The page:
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HIST 407: Latin America during the Cold War

This guide brings together resources that will be helpful for your research project on the Cold War in Latin America


This photo was taken on March 5, 1960, in Havana, Cuba, at a memorial service march for victims of the La Coubre explosion. Pictured left to right are Fidel Castro, Osvaldo Dorticós Torrado, Che Guevara, Regino Boti Leon, and ntonio Núñez Jiménez; picture is public domain.The resources here will help you to find primary and secondary source materials for your research project in HIST 407 Latin America during the Cold War.

The library’s reference collection is a good place to start research on your project. Reference books, located on the first floor of Knight or online, can provide you with ideas and help you find materials. Examples of useful books include:

Building a Search Strategy

Because your topics are broad, it’s necessary to create tight, structured searches. Most catalogs, databases and indexes follow a similar structure. Once you master this structure, you can maximize your search effectiveness and outcome, no matter what the topic.

Structuring your search

When you are beginning a research project, it is helpful to jot down some keywords and concepts for which you will be searching. Remember, different authors use different vocabulary; it is important to use different words describing the same idea or concept (e.g. Black, African American, Afro-American, Colored or Negro) or describing an idea at different levels of specificity (e.g. Amerindian, Native American, indigenous, Aztec) may lead you to different results in the same area.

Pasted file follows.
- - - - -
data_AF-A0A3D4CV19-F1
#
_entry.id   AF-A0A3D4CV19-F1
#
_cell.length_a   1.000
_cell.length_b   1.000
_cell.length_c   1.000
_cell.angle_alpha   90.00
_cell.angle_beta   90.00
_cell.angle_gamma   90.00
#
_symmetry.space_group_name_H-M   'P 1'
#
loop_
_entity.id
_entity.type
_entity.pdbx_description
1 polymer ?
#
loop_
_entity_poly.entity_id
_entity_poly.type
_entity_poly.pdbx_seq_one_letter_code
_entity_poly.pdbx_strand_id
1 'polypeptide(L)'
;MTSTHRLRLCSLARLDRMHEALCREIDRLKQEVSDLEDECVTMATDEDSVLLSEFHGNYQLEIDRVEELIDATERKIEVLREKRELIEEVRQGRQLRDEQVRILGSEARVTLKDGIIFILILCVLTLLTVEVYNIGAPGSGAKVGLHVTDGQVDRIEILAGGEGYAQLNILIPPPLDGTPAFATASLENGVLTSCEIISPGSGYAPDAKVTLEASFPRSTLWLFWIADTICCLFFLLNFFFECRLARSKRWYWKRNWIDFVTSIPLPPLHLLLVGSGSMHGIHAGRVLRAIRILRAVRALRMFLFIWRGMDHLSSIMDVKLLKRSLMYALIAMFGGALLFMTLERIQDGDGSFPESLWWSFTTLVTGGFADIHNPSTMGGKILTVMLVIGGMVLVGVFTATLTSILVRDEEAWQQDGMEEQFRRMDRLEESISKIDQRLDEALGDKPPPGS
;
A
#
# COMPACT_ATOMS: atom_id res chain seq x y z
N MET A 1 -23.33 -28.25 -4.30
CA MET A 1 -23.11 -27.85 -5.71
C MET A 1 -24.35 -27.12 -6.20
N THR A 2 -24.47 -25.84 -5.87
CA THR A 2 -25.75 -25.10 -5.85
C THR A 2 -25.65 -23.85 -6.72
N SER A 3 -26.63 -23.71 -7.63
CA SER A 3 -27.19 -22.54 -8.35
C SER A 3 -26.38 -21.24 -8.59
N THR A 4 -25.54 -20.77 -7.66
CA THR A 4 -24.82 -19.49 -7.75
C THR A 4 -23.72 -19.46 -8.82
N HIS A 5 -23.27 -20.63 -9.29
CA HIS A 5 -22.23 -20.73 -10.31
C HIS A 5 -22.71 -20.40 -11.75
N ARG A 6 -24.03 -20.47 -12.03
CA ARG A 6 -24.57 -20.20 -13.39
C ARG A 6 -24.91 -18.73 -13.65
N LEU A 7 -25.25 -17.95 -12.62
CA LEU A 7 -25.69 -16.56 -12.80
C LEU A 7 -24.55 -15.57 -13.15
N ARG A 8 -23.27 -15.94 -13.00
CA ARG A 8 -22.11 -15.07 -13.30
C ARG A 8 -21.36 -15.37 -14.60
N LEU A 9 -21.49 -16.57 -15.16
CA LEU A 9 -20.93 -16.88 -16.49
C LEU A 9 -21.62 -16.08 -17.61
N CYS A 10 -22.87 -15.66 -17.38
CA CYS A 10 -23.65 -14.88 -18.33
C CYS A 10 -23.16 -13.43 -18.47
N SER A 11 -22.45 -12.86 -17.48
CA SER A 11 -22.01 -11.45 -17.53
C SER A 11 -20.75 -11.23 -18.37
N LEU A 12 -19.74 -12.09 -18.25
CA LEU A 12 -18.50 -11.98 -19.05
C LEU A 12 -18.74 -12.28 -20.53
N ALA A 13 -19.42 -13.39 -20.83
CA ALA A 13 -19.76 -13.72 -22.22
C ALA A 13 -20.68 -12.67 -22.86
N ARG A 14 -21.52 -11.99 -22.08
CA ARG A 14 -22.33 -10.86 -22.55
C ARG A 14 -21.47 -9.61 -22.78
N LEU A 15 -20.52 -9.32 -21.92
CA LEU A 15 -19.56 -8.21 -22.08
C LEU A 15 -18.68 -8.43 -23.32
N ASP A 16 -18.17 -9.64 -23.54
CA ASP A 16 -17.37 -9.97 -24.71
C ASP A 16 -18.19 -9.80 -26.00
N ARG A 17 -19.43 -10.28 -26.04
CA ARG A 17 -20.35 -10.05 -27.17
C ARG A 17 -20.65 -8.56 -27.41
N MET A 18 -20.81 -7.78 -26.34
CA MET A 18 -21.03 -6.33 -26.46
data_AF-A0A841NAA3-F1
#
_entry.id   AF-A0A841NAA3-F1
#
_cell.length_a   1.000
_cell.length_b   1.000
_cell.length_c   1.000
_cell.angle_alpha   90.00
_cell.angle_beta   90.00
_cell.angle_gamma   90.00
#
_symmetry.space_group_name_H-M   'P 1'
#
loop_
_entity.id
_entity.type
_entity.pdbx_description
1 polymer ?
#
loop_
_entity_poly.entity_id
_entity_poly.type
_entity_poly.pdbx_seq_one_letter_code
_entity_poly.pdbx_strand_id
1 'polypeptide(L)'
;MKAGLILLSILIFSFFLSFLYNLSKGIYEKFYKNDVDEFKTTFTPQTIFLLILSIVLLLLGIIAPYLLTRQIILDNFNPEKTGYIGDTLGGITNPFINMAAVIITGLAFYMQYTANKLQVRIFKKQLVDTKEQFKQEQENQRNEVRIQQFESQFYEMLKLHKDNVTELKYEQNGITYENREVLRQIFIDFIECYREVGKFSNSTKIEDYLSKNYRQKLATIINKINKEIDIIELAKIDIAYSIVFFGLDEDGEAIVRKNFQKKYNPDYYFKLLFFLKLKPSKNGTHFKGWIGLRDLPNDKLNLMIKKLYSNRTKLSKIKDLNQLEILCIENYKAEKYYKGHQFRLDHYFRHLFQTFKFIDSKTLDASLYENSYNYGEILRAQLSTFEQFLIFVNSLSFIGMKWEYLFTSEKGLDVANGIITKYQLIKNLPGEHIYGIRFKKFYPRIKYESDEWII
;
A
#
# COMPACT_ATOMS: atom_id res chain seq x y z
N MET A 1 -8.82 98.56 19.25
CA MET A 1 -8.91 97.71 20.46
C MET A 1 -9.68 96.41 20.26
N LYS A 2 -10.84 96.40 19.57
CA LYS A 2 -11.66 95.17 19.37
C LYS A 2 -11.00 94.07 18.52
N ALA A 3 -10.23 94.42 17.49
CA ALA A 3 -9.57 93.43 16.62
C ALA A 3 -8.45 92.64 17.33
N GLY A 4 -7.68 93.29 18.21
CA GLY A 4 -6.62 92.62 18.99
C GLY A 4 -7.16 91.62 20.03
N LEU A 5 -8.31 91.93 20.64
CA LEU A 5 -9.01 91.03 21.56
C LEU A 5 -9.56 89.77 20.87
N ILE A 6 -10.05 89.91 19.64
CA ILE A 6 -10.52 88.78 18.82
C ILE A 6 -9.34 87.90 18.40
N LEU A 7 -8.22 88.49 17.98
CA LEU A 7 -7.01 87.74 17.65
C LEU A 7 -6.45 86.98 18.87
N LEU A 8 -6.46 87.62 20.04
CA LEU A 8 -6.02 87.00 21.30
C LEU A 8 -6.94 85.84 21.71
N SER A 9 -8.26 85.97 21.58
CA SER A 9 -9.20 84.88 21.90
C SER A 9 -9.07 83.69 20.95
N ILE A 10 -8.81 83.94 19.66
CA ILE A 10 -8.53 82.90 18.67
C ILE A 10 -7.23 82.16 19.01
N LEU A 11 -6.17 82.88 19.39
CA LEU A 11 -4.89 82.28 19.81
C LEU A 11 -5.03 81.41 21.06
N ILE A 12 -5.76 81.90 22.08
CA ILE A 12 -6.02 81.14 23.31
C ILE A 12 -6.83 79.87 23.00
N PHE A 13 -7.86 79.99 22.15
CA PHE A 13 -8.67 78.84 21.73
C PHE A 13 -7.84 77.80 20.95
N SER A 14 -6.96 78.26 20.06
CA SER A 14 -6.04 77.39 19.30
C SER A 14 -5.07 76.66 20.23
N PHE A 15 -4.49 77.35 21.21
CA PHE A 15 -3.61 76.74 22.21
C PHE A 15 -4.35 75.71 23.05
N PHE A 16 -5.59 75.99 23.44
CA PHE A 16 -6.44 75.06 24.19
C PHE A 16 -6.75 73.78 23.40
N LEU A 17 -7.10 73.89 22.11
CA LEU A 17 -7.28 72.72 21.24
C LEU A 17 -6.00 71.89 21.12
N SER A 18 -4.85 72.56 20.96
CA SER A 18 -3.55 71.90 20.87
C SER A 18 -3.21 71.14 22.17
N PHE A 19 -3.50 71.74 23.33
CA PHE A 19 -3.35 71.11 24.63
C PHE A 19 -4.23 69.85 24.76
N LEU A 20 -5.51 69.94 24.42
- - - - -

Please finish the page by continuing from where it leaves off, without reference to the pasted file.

Determining Search Terms

In most databases, you can search different fields (author, title, subject, etc.) or do a keyword search, in which every field is scanned. In researching a broad subject, it is important to consider the value of subject vs. keyword searching. Subject headings are created and pre-assigned to books when they are cataloged, whereas a keyword can appear anywhere in a record. Subject headings are more precise but must be entered in the correct format, whereas keywords will get more results.  Keyword searches may include materials that are appropriate but have different subject headings, but they also can include useless results. I usually start with a keyword search, find materials I like and use the subject headings assigned to those books to refine my search.

Any complex research project draws on the intersection of words, phrases and ideas. This is expressed in a search using AND, OR and NOT.

Books as Research Tools

Books are useful beyond the author(s)’ coverage of a topic. You can use a book to further your own research.

  • Look at the book’s bibliography. An author who writes about your topic undoubtedly used articles and books that may be of interest to you. Always look to see what materials the author(s) cited.
  • Books about history and historical events are secondary sources and the authors rely on primary sources to build their arguments. Therefore, one of the easiest ways to find primary sources is to look at the footnotes in the secondary sources you’ve found.
  • Look in the library catalog and other databases for other works by the author(s) of the book you’ve found. Chances are they’ve done other work in the same or a similar area.

Search for annotated bibliographies, books that compile a list of materials on a given subject (e.g. Glimpses of India : an annotated bibliography of published personal writings by Englishmen, 1583-1947 / compiled by John F. Riddick). But remember, a compiled bibliography is out of date as soon as it is published and may miss materials, so only use this as one tool. To search only for bibliographies, do an advanced search with one field set as a subject search for “bibliography.”

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David Woken's picture
David Woken
University of Oregon Libraries
1299 University of Oregon
Eugene, OR 97403-1299
(541) 346-1883

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